CHARLESTON, W.Va. -- Bayer CropScience said it is evaluating the impact the phase-out of the insecticide-nematicide aldicarb will have on employment at its Institute site, where it makes aldicarb.
The company has signed a memorandum of agreement with the federal Environmental Protection Agency, or EPA, to phase out the use of aldicarb.
Aldicarb is the active ingredient in Bayer CropScience's Temik-brand insecticide-nematicide. Farmers use Temik on more than 20 crops, including cotton, to increase their yield. It is registered in more than 50 countries. Temik is Bayer CropScience's largest product. Aldicarb is a carbamate pesticide, which means it is derived from carbamic acid.
About 700 people work at the Institute Industrial Park. Approximately 520 are Bayer CropScience employees.
When asked on Tuesday how many Bayer CropScience employees at Institute may be impacted by the phase-out of aldicarb, company spokesman Tom Dover said, "Our carbamate production is a fully integrated activity. We will be evaluating the impact of this decision and will know more in coming weeks.
"There are many variables that need to be considered, including volume impacts in the U.S. and overseas," Dover said. "Our ultimate goal for the Institute Industrial Park remains the same - to keep our existing tenant base and encourage new business development to sustain a viable operating facility."
Bayer CropScience said that according to its agreement with the EPA, "farmers may continue to use existing stocks of Temik on citrus and potatoes until Dec. 31, 2011, allowing inventories to clear the channel of trade. Uses on all other crops will be maintained with some additional label changes, until an orderly product phase-out is completed. . ."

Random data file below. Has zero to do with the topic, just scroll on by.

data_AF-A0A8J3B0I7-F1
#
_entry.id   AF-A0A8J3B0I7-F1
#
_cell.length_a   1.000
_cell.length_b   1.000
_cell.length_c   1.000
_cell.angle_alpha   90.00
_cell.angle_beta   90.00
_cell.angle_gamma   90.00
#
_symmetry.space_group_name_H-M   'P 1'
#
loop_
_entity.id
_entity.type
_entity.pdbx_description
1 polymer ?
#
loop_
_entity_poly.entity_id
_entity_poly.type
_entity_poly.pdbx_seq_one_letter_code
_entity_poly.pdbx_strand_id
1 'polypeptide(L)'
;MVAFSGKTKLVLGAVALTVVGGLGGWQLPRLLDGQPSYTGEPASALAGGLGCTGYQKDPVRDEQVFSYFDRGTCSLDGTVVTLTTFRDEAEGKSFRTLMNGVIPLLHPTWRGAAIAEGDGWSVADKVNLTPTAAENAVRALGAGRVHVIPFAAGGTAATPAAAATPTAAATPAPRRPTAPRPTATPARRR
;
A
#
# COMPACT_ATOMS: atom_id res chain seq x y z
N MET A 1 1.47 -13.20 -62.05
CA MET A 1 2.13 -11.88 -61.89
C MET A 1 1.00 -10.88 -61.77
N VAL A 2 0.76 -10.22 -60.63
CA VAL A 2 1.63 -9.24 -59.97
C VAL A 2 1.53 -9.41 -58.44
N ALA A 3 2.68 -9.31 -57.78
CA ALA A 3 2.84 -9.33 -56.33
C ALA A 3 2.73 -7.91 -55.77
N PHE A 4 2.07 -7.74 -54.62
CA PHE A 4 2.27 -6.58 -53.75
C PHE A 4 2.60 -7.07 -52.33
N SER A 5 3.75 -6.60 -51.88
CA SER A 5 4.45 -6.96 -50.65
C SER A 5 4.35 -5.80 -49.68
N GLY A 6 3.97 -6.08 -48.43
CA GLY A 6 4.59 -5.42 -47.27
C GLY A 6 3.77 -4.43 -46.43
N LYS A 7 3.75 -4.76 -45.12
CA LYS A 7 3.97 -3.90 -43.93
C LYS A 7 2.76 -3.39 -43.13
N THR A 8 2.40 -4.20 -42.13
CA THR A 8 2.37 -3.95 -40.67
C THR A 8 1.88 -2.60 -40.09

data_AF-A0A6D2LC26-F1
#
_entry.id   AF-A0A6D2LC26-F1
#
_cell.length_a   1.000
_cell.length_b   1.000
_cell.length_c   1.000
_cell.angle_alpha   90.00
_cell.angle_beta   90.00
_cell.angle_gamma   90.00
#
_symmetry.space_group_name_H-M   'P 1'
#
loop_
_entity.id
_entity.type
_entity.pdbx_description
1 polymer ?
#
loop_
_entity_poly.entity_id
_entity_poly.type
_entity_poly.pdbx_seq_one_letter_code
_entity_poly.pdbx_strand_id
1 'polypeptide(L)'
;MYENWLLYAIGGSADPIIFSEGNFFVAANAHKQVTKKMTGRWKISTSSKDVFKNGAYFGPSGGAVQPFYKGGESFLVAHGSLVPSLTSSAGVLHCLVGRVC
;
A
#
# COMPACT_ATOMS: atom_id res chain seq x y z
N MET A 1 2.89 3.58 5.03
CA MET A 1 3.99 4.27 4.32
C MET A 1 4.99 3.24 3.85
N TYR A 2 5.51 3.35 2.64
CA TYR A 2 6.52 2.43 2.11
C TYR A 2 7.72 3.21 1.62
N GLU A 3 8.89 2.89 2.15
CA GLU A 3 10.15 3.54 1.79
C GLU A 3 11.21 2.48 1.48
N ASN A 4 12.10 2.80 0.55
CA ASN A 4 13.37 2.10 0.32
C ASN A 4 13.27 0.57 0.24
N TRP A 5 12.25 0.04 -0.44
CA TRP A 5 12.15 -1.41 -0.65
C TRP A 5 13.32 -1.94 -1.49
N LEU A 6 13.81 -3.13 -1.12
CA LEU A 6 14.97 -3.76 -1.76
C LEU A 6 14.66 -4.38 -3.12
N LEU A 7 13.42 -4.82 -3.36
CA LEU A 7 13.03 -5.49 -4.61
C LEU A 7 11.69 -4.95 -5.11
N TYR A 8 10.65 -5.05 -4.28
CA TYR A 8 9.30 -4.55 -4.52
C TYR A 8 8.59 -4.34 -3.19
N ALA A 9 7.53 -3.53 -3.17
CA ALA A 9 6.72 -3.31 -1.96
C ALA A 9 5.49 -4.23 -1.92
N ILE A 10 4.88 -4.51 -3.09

The company said it plans to discontinue marketing aldicarb in the United States and other markets worldwide by 2014.
"This decision follows a new dietary risk assessment process recently completed by the agency," Bayer CropScience said. "Although the company does not fully agree with this new risk assessment approach, Bayer CropScience respects the oversight authority of the EPA and is cooperating with them. This decision does not mean that aldicarb poses a food safety concern."
However, the EPA issued a press release Tuesday that said its new risk assessment, based on recently submitted toxicity data, "indicates that aldicarb. . .no longer meets the agency's rigorous food safety standards and may pose unacceptable dietary risks, especially to infants and young children."
The EPA said Bayer "has agreed first to end aldicarb use on citrus and potatoes and will adopt risk mitigation measures for other uses to protect groundwater resources. New measures to protect shallow drinking water wells in vulnerable areas of the southeastern U.S. coastal plain and lower application rates will be immediately added to product labels for use on cotton, soybeans and peanuts."